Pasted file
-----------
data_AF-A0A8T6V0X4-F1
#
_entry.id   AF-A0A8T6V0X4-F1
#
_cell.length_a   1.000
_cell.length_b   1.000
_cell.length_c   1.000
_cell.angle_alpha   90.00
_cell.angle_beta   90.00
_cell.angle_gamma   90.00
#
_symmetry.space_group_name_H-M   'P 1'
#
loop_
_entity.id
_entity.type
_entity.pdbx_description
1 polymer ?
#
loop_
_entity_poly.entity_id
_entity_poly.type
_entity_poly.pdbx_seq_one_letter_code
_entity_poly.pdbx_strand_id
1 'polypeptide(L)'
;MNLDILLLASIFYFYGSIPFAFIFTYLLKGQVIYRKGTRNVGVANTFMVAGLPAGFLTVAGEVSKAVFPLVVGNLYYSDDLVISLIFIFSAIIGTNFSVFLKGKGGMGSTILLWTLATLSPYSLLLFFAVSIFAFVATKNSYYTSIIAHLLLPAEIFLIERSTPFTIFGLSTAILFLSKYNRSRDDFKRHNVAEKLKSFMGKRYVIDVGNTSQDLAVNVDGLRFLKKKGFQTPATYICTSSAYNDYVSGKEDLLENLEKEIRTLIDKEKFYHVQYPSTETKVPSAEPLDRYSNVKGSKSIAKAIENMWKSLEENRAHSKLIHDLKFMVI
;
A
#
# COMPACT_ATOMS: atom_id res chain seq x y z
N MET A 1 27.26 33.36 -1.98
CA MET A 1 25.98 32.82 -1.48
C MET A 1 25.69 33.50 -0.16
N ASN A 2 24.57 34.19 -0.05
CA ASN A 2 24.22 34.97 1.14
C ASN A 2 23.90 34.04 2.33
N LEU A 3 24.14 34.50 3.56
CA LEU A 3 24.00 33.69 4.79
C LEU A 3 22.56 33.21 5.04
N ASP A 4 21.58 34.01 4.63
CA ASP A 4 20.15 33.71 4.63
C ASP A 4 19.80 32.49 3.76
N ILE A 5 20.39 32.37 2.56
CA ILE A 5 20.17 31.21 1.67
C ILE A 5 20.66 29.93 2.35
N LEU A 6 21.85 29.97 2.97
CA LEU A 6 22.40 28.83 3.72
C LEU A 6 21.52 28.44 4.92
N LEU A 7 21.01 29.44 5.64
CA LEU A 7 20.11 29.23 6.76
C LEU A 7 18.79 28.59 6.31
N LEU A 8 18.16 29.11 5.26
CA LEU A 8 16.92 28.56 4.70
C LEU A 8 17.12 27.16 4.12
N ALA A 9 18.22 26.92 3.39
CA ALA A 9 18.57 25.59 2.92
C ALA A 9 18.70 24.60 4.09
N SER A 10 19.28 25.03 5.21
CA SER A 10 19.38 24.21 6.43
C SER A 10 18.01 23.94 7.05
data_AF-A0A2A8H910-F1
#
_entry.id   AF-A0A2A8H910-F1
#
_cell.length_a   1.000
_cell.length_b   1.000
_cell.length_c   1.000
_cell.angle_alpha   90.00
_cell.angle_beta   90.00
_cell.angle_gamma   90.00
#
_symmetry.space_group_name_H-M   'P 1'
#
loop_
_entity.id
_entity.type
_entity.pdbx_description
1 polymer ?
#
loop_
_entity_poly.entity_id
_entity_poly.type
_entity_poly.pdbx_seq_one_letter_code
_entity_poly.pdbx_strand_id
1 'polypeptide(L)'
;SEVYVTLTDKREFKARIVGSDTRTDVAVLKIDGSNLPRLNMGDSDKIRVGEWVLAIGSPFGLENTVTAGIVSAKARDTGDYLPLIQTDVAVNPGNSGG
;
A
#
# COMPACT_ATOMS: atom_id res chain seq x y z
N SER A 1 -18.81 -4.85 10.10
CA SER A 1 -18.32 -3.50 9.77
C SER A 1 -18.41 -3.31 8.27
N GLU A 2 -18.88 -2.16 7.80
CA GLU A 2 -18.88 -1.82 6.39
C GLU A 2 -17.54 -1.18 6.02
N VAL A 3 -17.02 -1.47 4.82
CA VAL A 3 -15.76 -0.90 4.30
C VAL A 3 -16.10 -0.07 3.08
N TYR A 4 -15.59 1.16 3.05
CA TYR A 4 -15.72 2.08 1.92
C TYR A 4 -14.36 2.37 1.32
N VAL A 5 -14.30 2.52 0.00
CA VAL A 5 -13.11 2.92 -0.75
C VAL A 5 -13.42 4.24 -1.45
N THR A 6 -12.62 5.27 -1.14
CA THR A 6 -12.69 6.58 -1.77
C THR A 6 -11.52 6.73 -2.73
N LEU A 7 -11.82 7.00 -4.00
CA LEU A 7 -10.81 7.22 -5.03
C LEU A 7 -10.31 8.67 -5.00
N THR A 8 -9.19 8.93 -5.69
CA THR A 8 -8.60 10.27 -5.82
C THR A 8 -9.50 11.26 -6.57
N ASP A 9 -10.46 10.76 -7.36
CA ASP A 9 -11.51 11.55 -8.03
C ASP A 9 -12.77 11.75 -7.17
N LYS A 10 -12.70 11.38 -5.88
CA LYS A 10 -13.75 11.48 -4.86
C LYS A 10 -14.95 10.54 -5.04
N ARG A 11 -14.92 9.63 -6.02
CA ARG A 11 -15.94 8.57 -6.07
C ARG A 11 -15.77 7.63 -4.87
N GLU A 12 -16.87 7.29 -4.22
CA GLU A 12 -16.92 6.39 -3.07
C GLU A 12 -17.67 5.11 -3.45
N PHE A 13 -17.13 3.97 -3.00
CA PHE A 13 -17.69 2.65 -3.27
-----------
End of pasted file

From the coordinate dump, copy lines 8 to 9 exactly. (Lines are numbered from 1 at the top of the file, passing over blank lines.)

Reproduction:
_cell.angle_alpha   90.00
_cell.angle_beta   90.00